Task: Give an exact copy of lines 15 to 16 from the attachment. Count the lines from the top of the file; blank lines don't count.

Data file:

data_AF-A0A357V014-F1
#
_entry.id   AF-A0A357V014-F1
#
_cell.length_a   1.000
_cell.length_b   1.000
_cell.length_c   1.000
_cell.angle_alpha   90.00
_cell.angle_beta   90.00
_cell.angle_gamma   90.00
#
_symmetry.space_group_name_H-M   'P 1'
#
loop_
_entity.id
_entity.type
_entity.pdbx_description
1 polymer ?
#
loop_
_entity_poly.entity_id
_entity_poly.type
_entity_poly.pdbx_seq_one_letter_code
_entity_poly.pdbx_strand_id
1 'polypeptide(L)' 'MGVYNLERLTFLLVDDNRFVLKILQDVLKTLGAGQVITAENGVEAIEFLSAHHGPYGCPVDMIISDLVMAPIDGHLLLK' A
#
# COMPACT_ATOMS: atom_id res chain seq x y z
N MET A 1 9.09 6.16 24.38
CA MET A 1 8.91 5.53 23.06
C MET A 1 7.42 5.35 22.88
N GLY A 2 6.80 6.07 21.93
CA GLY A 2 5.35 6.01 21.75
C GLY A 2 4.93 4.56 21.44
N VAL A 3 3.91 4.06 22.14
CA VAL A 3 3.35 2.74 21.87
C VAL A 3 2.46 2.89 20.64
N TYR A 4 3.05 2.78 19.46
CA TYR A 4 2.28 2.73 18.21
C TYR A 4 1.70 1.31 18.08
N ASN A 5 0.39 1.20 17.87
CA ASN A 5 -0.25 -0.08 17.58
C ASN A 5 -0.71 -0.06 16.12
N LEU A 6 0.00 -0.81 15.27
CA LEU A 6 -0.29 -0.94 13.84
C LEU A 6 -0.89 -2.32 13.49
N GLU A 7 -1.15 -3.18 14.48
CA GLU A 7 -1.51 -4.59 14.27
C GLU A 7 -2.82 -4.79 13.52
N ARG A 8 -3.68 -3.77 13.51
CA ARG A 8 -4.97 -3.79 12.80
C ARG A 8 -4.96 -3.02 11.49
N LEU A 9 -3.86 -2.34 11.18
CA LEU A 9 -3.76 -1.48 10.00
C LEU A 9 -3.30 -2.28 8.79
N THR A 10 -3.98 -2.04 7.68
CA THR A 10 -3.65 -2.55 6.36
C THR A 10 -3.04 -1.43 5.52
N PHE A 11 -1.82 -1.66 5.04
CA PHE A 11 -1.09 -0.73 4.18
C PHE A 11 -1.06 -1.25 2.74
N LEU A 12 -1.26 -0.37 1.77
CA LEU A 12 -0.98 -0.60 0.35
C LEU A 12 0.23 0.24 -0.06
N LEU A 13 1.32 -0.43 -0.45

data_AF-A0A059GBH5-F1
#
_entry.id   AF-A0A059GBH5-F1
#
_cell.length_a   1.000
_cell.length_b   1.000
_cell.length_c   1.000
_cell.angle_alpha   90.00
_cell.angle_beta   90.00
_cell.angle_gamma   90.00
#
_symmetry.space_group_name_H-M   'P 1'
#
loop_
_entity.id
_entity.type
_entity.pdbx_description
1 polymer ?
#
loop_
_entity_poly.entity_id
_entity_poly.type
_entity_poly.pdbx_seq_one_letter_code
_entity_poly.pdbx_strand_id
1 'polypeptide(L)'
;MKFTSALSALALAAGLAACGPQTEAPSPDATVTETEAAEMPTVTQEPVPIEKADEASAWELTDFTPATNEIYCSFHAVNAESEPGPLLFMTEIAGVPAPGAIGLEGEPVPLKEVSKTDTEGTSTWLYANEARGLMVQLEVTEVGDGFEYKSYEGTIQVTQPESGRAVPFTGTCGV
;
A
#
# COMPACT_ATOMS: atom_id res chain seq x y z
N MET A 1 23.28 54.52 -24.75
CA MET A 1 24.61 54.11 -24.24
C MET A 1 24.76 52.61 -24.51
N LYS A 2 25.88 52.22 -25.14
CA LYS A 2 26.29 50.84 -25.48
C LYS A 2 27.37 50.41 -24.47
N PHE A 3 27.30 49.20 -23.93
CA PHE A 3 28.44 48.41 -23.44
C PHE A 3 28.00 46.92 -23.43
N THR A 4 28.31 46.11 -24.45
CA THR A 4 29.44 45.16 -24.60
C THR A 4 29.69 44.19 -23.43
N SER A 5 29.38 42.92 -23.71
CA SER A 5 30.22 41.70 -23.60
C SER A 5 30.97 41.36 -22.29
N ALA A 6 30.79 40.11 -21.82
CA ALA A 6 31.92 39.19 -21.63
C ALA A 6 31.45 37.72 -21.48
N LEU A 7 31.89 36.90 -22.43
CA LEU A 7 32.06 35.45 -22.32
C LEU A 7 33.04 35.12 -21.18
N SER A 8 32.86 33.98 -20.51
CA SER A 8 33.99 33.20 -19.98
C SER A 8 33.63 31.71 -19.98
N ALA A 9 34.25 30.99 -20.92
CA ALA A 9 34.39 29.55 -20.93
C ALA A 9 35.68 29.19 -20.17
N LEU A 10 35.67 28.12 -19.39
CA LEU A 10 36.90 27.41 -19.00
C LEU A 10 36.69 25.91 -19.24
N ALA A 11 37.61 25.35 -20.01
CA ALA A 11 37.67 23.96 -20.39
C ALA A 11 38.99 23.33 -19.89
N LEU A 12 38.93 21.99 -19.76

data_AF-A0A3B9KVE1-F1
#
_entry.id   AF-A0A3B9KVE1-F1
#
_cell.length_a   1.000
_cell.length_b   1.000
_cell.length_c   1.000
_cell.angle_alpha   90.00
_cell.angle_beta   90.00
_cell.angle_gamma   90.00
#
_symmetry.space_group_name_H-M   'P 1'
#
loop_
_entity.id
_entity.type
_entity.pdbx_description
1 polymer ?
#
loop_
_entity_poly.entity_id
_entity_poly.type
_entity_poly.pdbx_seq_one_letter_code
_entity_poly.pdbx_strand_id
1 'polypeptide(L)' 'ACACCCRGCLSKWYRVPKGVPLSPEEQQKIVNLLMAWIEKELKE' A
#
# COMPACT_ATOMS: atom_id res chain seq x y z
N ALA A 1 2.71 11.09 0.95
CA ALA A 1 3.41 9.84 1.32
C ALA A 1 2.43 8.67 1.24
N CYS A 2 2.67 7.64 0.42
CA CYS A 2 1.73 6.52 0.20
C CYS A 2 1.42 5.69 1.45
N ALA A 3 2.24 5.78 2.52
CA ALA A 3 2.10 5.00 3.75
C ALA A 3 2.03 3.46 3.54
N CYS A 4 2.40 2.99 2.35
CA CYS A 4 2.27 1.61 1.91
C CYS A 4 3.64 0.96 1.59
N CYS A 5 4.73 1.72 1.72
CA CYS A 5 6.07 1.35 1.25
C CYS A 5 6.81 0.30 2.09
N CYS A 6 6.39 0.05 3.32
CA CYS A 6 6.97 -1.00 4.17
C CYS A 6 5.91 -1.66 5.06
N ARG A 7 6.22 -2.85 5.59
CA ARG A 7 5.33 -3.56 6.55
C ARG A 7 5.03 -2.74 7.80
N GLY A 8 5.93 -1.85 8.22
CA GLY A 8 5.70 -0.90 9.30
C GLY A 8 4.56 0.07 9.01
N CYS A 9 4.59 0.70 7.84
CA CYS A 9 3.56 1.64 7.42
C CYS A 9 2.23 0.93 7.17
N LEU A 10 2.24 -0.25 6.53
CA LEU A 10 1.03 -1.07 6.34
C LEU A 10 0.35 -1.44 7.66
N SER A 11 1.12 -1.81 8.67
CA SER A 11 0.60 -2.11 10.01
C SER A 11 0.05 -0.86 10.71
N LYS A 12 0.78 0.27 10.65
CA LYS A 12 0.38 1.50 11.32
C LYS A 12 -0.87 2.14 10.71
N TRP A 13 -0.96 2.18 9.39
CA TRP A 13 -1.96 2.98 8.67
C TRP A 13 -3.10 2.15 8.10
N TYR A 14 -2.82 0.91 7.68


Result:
_entity.id
_entity.type